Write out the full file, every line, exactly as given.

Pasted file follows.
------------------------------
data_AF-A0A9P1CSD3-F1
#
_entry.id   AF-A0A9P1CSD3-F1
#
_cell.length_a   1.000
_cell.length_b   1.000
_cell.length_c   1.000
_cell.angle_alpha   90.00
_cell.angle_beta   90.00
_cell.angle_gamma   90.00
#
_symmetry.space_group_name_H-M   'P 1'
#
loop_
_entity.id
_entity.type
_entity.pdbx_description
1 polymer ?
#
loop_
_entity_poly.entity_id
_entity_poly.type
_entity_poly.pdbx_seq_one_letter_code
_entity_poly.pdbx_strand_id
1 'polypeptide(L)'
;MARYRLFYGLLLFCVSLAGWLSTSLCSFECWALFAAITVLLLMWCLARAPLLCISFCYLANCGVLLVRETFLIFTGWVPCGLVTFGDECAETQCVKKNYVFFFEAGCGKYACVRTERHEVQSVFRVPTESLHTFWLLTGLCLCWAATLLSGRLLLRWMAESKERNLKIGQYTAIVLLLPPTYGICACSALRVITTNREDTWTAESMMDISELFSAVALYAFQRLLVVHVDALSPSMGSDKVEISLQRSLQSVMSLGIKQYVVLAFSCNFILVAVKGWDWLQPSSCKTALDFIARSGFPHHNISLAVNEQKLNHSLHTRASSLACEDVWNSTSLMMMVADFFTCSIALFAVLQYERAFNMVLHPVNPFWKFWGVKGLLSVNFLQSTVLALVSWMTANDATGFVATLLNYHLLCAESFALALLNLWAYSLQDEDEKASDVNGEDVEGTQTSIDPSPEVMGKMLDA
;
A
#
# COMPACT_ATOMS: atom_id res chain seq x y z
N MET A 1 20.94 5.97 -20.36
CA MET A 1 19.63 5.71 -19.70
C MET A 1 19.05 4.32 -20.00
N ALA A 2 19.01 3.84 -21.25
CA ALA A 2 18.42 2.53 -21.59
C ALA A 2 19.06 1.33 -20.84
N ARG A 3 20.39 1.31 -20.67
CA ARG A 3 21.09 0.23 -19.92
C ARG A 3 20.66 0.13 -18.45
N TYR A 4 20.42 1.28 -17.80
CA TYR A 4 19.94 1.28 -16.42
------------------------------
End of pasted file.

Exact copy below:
data_AF-A0A9P1CSD3-F1
#
_entry.id   AF-A0A9P1CSD3-F1
#
_cell.length_a   1.000
_cell.length_b   1.000
_cell.length_c   1.000
_cell.angle_alpha   90.00
_cell.angle_beta   90.00
_cell.angle_gamma   90.00
#
_symmetry.space_group_name_H-M   'P 1'
#
loop_
_entity.id
_entity.type
_entity.pdbx_description
1 polymer ?
#
loop_
_entity_poly.entity_id
_entity_poly.type
_entity_poly.pdbx_seq_one_letter_code
_entity_poly.pdbx_strand_id
1 'polypeptide(L)'
;MARYRLFYGLLLFCVSLAGWLSTSLCSFECWALFAAITVLLLMWCLARAPLLCISFCYLANCGVLLVRETFLIFTGWVPCGLVTFGDECAETQCVKKNYVFFFEAGCGKYACVRTERHEVQSVFRVPTESLHTFWLLTGLCLCWAATLLSGRLLLRWMAESKERNLKIGQYTAIVLLLPPTYGICACSALRVITTNREDTWTAESMMDISELFSAVALYAFQRLLVVHVDALSPSMGSDKVEISLQRSLQSVMSLGIKQYVVLAFSCNFILVAVKGWDWLQPSSCKTALDFIARSGFPHHNISLAVNEQKLNHSLHTRASSLACEDVWNSTSLMMMVADFFTCSIALFAVLQYERAFNMVLHPVNPFWKFWGVKGLLSVNFLQSTVLALVSWMTANDATGFVATLLNYHLLCAESFALALLNLWAYSLQDEDEKASDVNGEDVEGTQTSIDPSPEVMGKMLDA
;
A
#
# COMPACT_ATOMS: atom_id res chain seq x y z
N MET A 1 20.94 5.97 -20.36
CA MET A 1 19.63 5.71 -19.70
C MET A 1 19.05 4.32 -20.00
N ALA A 2 19.01 3.84 -21.25
CA ALA A 2 18.42 2.53 -21.59
C ALA A 2 19.06 1.33 -20.84
N ARG A 3 20.39 1.31 -20.67
CA ARG A 3 21.09 0.23 -19.92
C ARG A 3 20.66 0.13 -18.45
N TYR A 4 20.42 1.28 -17.80
CA TYR A 4 19.94 1.28 -16.42